Airlines Cut Routes to Moscow As Isolation Grows
In 2012, easyJet the discount airline based in Britain beat Virgin Atlantic Airways in a competition for the right to fly from Gatwick in London toe Domodedovo Airport in Moscow, a route that was available when a merger swallowed up its prior operator.
Aviation regulators in Britain gave easyJet the nod, which hailed the regulators decision as a big milestone in its development internationally.
Now, the airline has scaled its flights back between London and Moscow from two per day to just one in each direction. This move, which took effect late in January, was due to the lowering of demand both to and from Russia, said a spokesperson from the airline.
The discount airline is one of a number of airlines cutting back flights to Russia and delaying plans for expansion, as the amount of Russian taking vacations abroad had plunged and fewer business people from other countries and tourists are visiting Russia.
For easyJet, it is just a simple case of supply and demand. However, the reduced amount of air traffic at the international airports in Russia mirrors the growing political isolation of the country and its weakened clout economically, as the sanctions by the West and lower prices of oil push the country into recession.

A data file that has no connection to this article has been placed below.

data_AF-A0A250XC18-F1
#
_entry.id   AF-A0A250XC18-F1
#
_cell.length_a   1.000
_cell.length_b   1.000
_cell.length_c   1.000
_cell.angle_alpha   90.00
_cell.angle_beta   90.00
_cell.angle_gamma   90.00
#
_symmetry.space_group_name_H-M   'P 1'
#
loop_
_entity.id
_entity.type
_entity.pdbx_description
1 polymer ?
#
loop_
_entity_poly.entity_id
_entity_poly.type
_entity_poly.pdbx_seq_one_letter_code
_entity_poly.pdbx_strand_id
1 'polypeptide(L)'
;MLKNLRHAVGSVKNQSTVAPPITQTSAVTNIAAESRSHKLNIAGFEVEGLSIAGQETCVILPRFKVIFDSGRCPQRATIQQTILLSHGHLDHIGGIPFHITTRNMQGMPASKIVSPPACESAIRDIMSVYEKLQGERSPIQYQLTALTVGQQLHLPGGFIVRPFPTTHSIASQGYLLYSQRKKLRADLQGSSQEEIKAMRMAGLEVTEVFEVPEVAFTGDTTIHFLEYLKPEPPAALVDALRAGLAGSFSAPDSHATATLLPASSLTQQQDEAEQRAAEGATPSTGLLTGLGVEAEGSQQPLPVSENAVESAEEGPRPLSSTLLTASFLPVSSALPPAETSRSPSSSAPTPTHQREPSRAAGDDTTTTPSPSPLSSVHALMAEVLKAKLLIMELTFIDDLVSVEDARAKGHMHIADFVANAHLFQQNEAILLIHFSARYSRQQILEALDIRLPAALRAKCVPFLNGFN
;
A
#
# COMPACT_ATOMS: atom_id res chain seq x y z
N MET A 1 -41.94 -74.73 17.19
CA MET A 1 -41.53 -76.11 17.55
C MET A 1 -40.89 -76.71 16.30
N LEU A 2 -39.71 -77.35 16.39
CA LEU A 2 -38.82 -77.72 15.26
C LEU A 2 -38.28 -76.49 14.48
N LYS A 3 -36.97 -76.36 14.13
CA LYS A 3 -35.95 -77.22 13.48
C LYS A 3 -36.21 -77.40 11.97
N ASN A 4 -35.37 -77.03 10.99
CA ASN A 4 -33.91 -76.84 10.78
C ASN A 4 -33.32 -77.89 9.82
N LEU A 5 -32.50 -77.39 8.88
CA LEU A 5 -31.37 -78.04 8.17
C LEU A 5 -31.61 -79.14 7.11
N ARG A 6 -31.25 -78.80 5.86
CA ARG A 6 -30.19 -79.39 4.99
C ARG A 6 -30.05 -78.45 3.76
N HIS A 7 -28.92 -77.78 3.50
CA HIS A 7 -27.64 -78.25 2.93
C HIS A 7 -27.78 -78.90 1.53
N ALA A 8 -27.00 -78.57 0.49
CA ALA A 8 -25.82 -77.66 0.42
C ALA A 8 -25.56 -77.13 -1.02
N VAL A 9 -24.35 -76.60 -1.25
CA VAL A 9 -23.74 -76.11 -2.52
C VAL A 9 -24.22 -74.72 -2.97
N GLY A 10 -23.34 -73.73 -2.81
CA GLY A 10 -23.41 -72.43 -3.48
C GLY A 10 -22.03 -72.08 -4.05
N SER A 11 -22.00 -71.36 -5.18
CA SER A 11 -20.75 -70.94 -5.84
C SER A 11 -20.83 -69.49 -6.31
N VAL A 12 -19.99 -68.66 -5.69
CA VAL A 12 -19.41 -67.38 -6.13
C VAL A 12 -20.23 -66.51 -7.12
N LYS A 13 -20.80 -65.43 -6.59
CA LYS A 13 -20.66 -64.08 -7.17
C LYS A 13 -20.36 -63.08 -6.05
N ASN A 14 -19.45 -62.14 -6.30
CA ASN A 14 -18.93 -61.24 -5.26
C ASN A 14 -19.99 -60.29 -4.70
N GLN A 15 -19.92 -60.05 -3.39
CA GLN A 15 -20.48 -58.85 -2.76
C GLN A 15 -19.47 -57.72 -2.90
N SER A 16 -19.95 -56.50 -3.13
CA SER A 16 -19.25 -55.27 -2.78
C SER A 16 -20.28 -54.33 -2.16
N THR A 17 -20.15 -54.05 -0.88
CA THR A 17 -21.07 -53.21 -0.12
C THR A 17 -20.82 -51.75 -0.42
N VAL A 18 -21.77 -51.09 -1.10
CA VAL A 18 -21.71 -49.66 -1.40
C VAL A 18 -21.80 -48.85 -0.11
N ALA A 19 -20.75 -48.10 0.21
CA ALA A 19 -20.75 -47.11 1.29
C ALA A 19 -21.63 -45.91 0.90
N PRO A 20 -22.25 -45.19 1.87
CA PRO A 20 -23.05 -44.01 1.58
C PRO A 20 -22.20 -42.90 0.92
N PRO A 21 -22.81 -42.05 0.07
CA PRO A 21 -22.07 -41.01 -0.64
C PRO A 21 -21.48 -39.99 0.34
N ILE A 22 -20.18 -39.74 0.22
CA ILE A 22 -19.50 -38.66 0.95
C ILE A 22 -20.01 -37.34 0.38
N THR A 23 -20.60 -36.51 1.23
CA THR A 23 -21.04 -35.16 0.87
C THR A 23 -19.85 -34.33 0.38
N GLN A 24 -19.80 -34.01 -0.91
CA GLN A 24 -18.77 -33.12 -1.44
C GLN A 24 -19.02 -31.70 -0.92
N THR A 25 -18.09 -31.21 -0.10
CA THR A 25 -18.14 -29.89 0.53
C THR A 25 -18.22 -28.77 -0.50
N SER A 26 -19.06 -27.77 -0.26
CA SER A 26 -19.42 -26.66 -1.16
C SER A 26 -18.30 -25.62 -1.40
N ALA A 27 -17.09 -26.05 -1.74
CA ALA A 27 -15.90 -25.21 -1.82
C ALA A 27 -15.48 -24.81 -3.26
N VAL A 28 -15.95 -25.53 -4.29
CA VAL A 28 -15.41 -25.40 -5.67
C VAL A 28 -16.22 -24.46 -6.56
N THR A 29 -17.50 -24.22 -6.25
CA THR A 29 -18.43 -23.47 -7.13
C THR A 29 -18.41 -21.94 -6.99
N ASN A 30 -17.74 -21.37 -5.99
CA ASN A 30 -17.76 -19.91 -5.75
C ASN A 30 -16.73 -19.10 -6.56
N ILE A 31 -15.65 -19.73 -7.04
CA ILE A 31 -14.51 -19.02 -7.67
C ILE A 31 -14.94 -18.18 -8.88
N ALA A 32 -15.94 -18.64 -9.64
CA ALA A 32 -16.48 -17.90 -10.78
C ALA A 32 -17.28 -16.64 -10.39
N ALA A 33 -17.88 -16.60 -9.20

Once rundown airports like Sheremetyevo, Vnukovo and Domodedovo were emblems of the booming economy in Russia during the majority of the tenure of Vladimir Putin.
All of the airports underwent renovations to help accommodate the increased traffic that had quadrupled since 2000 to reach 77 million passengers during 2014, which exceeded international hubs such as Dubai and London’s Heathrow. Those new terminals across Moscow have become much quieter of late.
Delta Air Lines on Wednesday announced it would suspend its service to Moscow over the last three months of 2015, which means not passenger carrier from the U.S. will fly to the capital of Russia during that three-month period.